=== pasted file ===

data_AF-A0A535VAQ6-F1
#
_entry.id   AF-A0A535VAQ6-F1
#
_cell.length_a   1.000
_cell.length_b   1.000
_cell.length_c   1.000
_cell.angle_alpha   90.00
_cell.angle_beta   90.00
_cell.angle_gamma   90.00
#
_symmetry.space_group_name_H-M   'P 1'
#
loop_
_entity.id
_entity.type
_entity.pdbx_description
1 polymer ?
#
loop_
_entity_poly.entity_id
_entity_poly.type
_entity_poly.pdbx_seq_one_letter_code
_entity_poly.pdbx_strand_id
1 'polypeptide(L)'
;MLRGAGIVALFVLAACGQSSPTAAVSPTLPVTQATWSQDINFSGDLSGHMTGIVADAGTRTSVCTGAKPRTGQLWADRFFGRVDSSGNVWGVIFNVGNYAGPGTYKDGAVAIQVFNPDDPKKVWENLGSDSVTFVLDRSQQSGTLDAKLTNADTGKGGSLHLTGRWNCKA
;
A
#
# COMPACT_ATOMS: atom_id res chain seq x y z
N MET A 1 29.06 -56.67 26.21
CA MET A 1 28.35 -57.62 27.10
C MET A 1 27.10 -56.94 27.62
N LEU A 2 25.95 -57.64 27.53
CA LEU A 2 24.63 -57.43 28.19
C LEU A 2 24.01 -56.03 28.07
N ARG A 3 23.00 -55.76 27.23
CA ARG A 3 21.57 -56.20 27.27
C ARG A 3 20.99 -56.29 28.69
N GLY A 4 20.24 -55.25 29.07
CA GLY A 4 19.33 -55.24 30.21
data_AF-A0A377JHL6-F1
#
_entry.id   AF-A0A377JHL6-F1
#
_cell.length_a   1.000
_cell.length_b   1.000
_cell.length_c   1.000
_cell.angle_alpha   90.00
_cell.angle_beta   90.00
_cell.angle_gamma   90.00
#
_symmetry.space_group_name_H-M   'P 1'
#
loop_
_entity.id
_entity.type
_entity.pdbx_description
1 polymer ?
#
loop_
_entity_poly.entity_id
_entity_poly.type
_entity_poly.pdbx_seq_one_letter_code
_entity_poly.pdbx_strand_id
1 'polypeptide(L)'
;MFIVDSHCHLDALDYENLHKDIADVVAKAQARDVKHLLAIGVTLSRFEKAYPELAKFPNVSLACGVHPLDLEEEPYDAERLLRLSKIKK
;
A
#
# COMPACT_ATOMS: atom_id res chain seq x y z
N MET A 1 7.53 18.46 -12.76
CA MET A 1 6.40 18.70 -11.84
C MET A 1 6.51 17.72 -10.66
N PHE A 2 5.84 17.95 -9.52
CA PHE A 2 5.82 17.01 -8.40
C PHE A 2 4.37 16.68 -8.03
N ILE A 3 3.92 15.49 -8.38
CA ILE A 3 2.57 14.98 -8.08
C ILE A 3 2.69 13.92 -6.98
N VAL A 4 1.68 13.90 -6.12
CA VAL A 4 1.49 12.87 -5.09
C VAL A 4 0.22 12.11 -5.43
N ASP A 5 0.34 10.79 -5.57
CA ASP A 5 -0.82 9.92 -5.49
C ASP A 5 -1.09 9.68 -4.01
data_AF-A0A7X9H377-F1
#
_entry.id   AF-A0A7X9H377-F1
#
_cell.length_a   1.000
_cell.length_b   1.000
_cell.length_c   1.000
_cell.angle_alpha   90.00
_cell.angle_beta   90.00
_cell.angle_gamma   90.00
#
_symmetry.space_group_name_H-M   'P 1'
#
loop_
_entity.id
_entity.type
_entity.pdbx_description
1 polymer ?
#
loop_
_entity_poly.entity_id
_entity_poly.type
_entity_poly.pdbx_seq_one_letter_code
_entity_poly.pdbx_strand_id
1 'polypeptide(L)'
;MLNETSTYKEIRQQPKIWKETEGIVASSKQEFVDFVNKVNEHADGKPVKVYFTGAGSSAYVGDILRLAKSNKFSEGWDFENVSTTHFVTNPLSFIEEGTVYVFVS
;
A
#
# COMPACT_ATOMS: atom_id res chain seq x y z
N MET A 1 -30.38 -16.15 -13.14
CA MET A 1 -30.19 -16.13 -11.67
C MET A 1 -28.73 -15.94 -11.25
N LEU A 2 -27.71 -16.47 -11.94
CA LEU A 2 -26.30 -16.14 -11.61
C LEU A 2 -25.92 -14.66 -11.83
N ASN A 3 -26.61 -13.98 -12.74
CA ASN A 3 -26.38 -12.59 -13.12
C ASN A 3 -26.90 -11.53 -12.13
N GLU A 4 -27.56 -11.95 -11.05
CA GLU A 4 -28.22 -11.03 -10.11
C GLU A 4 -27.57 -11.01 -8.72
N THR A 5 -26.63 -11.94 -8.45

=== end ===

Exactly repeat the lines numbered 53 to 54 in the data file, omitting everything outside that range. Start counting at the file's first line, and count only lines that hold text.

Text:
_symmetry.space_group_name_H-M   'P 1'
#